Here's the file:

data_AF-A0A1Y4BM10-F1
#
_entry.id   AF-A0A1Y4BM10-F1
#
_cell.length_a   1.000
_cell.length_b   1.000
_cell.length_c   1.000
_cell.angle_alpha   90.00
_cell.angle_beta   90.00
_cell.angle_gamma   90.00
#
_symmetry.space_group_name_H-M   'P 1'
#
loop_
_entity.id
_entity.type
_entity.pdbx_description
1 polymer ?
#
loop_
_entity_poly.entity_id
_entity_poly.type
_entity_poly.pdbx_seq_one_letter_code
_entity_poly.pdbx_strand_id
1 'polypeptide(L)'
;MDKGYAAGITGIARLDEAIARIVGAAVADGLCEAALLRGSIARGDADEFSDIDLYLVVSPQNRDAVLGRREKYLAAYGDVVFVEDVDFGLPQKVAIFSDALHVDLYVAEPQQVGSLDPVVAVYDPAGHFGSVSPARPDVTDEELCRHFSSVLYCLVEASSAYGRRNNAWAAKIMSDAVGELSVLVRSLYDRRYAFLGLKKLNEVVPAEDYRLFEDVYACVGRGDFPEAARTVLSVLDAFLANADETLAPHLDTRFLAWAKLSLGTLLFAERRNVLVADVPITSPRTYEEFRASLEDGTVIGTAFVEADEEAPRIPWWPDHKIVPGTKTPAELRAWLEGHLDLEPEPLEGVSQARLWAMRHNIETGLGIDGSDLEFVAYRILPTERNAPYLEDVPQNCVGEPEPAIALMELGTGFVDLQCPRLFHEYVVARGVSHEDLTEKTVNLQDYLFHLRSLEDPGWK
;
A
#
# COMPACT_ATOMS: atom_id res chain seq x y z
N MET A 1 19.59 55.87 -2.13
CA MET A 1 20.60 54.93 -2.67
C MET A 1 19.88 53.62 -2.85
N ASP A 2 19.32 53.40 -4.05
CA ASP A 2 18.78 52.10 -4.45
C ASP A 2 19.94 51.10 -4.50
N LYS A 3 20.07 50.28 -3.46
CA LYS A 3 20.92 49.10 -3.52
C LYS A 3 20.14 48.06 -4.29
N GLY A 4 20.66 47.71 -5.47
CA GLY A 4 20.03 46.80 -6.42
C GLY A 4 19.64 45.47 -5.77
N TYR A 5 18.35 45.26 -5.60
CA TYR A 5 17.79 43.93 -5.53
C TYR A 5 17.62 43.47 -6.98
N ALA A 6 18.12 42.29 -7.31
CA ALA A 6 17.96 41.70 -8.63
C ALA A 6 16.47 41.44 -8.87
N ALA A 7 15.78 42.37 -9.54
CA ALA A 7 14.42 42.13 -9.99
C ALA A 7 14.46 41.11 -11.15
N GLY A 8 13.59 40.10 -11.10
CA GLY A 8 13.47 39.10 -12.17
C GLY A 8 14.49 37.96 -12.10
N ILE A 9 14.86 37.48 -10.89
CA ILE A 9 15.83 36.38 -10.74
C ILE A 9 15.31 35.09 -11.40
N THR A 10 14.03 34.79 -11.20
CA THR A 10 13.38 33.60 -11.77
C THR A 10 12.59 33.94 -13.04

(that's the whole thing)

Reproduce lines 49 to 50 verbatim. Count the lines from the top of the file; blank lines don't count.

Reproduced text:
N ALA A 7 15.78 42.37 -9.54
CA ALA A 7 14.42 42.13 -9.99